MOSCOW Jan 23 Russia will tap into a rainy-day
fund for most of the $15 billion bailout it promised Ukraine
after Kiev scrapped plans for European Union deals that would
have pulled it further from Moscow's orbit, Finance Minister
Anton Siluanov said.
President Vladimir Putin agreed the aid package with Ukraine
in December, throwing the ex-Soviet state a lifeline in what was
widely seen as a reward for a U-turn that prompted protests
which persist in Kiev and have been marked by violence.
Russia will turn to its National Welfare Fund for $10
billion, Siluanov told Ekho Moskvy radio on Thursday.
The other $5 billion is coming from special drawing rights
(SDRs), a reserve asset created by the International Monetary
Fund, he said. Officials had said both sources would probably be
used for the bailout, but had not given a breakdown.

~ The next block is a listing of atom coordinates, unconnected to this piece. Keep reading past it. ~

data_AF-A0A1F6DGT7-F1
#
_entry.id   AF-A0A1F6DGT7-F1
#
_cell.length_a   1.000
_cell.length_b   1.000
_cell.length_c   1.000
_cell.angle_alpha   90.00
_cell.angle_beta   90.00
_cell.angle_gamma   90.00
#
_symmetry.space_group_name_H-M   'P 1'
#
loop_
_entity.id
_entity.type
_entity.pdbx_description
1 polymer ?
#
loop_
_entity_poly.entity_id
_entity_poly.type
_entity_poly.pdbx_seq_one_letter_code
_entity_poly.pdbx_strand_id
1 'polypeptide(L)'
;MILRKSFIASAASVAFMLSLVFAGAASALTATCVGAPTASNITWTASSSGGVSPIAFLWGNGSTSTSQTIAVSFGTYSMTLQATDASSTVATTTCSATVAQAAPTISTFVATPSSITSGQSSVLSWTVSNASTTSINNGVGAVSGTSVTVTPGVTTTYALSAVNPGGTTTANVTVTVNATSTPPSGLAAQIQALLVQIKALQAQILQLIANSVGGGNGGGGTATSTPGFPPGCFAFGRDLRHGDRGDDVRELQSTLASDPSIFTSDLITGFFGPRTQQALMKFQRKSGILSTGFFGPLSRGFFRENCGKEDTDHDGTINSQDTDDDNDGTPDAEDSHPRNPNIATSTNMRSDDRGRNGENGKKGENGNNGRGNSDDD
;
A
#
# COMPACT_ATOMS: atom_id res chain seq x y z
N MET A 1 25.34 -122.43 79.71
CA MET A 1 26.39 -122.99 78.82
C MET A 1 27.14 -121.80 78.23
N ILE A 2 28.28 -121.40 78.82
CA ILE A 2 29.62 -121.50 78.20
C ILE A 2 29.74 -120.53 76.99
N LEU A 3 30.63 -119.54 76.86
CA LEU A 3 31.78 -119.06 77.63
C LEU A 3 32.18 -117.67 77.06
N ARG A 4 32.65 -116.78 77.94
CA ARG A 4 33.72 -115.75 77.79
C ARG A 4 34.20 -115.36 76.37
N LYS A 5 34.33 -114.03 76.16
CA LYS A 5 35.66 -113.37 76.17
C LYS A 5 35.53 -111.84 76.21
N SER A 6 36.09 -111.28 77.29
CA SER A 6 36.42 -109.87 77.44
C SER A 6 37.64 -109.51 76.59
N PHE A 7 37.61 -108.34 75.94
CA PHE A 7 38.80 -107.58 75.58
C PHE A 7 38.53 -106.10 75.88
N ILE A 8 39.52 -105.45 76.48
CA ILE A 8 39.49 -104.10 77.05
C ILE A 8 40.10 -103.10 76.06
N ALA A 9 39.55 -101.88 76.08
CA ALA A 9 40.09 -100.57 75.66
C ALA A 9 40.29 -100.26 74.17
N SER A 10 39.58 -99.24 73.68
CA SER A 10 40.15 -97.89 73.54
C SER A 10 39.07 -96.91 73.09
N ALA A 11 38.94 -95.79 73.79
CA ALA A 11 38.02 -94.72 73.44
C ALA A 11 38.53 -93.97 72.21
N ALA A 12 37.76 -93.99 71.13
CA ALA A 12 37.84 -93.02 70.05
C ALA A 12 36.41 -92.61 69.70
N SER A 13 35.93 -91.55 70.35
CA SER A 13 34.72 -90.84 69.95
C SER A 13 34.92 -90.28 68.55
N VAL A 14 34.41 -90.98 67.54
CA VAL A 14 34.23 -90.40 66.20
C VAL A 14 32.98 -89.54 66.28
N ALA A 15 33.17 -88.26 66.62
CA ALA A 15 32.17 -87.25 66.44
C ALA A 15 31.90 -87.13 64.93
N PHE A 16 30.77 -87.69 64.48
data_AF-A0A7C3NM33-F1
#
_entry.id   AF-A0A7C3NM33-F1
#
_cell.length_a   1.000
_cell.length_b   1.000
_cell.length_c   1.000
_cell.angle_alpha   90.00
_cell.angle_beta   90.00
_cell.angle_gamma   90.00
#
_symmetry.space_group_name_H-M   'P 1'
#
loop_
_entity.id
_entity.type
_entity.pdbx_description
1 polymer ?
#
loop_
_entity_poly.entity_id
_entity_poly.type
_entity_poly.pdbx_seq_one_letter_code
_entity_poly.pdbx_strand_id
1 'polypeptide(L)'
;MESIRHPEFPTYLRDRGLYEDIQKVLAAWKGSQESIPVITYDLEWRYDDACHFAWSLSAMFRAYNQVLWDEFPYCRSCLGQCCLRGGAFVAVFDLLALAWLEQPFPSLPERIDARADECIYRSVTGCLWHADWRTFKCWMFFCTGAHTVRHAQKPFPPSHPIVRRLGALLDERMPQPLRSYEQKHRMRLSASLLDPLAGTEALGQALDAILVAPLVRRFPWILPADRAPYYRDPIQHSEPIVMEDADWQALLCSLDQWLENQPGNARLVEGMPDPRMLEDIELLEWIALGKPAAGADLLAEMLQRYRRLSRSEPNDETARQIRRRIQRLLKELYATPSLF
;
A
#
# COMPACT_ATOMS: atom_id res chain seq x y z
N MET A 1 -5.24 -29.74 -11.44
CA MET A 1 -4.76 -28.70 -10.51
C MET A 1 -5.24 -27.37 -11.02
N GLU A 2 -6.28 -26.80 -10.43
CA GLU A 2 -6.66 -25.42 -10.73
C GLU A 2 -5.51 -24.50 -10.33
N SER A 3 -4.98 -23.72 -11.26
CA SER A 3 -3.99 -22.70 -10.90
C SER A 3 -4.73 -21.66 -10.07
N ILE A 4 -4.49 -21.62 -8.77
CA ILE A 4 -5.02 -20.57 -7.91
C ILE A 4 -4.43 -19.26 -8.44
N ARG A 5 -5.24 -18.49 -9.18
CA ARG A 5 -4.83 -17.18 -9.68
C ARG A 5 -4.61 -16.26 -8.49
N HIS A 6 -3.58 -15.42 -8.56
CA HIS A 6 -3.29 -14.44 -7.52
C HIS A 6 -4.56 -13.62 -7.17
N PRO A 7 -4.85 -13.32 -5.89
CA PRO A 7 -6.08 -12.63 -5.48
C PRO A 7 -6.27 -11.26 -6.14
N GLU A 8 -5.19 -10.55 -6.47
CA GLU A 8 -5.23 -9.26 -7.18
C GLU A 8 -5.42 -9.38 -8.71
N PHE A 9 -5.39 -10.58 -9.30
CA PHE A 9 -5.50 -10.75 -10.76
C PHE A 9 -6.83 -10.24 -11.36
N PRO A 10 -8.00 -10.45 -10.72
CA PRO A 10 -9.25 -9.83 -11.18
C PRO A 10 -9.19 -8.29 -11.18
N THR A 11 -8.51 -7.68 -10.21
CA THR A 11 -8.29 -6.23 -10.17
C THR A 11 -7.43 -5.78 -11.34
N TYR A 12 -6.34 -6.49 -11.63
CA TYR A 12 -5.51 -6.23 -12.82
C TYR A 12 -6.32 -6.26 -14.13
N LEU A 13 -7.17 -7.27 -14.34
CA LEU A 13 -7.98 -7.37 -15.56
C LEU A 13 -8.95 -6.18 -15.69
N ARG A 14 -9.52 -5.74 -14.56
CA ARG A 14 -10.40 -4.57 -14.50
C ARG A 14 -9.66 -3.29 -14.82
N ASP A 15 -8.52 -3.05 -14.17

"A decision was taken to support our neighbour's economy,"
Ekho Moskvy quoted him as saying. "It is not in our interest
for the situation to worsen sharply."
Some in Russia have grumbled about using cash that is
supposed to be kept for helping its growing population of
pensioners to aid its neighbour.
Kiev needs cash to cover its external funding gap, while the
central bank's currency reserves are depleted by efforts to
support the hryvnia and repay foreign debt.
The Ukrainian government owes around $8 billion in foreign
debt payments this year. Ukraine owed $2.7 billion for gas at
the end of 2013, according to Russian gas company Gazprom, so
some of the money will come back to Russia.
Siluanov said the rate on the package of credits was 5
percent and that they would come due on Jan. 1, 2016, Ekho
Russia closed a deal in late December to buy Ukraine's
newly-issued $3 billion Eurobond, the first part of the bailout.